There’s no use saying anything in the schoolyard because there’s always someone with an answer and there’s nothing you can do but punch them in the nose and if you were to punch everyone who has an answer you’d be punching morning noon and night
Frank McCourt, Writer, (1930-2009), ‘Angela’s Ashes’
He says, you have to study and learn so that you can make up your own mind about history and everything else but you can’t make up an empty mind. Stock your mind, stock your mind. You might be poor, your shoes might be broken, but your mind is a palace.
Frank McCourt, Writer, (1930-2009), ‘Angela’s Ashes’
An Irish prayer-book is a thing which the poor [Catholic] Irish peasant has never seen. Not only has he not been taught the language which he speaks, but his clergy have never encouraged, and have sometimes forbidden him to learn it. This objection arose chiefly, I believe, from the impudent intermeddling of Bible Societies with the religion of the people. By their patronage of the Irish language, they had desecrated it in the eyes of the Irish themselves
Conor McSweeny, ‘Songs of the Irish’, 1843
…it would be the veriest mockery to say to those people – ‘Don’t speak English,
or emigrate: speak Irish, stay at home and starve, cry out yearly for doles, and
send your children picking winkles instead of being at school, and earn the
contemptuous pity of the world
Patrick Conroy, (Coimisiún na Gaeltachta, 1926)
A child miseducated is a child lost
US President John F. Kennedy (1917-1963)
Our progress as a nation can be no swifter than our progress in education
US President John F. Kennedy (1917-1963)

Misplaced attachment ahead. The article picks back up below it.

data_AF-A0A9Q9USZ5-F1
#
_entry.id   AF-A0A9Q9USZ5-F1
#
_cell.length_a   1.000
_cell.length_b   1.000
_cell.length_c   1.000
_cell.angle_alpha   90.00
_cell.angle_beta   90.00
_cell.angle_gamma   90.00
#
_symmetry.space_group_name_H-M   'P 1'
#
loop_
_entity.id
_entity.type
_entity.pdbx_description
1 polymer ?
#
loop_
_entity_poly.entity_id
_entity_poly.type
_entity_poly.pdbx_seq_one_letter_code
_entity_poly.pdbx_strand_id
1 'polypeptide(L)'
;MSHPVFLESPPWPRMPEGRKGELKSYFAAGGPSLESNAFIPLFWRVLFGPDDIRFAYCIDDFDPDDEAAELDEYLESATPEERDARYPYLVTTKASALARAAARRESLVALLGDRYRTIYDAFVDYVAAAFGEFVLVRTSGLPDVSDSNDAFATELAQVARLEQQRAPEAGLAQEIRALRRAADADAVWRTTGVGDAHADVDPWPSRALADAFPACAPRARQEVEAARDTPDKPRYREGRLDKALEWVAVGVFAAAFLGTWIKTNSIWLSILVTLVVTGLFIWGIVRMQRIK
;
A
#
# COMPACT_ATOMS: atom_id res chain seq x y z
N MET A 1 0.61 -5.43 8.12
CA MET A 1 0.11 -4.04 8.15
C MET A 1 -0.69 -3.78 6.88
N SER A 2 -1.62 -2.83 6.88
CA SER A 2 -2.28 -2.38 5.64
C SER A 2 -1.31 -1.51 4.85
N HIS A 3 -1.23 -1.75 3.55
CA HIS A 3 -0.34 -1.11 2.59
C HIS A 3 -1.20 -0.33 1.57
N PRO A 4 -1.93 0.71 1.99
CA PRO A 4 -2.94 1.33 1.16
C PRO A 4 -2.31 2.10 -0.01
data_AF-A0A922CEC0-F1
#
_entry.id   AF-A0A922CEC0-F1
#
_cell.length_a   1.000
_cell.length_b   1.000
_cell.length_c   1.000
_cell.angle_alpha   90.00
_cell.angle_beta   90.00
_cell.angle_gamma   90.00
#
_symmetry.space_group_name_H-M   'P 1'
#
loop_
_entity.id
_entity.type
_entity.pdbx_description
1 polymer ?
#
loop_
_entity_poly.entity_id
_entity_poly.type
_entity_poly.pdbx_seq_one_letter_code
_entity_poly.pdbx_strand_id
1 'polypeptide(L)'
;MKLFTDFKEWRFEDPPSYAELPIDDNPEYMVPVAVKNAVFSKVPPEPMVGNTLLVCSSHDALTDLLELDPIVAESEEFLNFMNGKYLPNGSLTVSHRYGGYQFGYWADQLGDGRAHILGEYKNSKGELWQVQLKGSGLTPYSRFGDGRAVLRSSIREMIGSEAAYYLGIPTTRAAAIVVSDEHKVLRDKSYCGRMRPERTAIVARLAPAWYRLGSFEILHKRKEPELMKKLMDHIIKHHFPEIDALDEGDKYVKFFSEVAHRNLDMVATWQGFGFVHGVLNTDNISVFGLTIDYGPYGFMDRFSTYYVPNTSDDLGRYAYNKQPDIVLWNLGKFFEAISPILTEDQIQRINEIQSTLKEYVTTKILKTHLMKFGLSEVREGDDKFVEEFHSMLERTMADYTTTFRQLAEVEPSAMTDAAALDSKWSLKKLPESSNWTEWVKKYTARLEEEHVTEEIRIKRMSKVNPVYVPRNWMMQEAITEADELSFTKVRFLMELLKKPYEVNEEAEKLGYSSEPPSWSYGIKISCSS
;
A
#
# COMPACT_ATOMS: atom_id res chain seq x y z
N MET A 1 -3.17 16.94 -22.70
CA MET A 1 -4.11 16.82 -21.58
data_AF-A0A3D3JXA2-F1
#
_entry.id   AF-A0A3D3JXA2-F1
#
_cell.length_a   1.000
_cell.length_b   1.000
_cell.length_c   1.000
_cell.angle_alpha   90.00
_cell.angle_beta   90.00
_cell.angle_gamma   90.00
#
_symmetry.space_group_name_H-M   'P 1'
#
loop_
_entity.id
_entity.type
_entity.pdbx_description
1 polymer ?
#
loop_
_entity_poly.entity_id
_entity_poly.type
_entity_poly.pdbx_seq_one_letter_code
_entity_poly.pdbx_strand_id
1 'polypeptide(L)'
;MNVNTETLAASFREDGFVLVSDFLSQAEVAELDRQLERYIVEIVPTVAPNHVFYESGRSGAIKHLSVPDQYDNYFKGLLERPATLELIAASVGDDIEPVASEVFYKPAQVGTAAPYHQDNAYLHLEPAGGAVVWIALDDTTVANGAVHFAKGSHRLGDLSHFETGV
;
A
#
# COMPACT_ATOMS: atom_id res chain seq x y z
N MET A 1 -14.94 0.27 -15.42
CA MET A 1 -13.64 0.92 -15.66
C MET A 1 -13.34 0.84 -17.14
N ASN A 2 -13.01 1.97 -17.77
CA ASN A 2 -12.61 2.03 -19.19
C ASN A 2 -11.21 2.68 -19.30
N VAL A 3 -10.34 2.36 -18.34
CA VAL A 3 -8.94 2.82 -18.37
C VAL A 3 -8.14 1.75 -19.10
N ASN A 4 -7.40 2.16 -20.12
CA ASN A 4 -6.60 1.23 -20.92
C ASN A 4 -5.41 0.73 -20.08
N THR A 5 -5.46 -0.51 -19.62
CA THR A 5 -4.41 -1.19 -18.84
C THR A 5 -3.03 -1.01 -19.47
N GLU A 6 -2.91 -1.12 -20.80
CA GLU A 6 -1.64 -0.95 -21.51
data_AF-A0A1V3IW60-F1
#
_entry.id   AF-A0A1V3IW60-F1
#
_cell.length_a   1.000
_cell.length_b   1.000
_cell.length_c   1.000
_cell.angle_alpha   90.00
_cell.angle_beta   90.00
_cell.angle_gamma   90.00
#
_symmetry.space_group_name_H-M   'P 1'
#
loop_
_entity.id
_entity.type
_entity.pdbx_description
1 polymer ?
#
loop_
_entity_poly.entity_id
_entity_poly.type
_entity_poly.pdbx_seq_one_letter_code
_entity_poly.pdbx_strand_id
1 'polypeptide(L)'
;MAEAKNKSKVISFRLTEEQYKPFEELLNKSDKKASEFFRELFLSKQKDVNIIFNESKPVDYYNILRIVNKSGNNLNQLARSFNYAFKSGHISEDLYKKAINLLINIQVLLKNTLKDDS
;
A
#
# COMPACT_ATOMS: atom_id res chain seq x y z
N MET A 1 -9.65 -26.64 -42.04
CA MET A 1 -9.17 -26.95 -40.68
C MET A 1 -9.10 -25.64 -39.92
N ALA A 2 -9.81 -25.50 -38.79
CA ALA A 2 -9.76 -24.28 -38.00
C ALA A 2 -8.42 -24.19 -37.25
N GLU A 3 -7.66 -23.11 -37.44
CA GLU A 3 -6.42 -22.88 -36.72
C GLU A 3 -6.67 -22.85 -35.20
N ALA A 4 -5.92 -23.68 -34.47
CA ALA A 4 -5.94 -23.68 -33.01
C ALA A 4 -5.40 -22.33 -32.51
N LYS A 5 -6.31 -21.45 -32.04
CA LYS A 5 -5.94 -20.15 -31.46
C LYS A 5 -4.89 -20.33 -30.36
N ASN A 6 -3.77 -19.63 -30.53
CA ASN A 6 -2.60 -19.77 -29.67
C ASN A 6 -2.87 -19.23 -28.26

What we want is to see the child in pursuit of knowledge, and not knowledge in pursuit of the child
George Bernard Shaw, Writer (1856-1950)
The illiterate of the 21st century will not be those who cannot read and write, but those who cannot learn, unlearn, and relearn
Alvin Toffler, American Writer and Futurist (b. 1928)
While a significant part of learning certain comes from teaching – but good teaching and by good teachers – a major measure comes from exploration, from reinventing the wheel and finding out for oneself
Nicholas Negroponte, Founder and Director of the MIT Media Lab, (b. 1943)
Anyone who stops learning is old, whether at twenty or eighty. Anyone who keeps learning stays young
Henry Ford, Car Pioneer, (1863-1947(
I cherish the creation of public space and services, especially health, housing and the comprehensive education system which dared to give so many of us ideas ‘above our station
Frances O’Grady, British Trade Unionist (b. 1959)
You know there is a problem with the education system when you realize that out of the 3 R’s only one begins with an R
Dennis Miller, US Comedian (b. 1953)
The results from the very first ‘Good Country Index’ have been announced.
And the winner is………….(drumroll)……. Ireland !!
Forget the never-ending Dublin traffic jams, the mediocre health care system, the high unemployment rate or the often abysmal weather. Using 35 indicators from the UN and the World Bank Ireland has topped the league table of ‘contribution to humanity’ by finishing near the top in four of the seven categories:
Planet & Climate: 45th place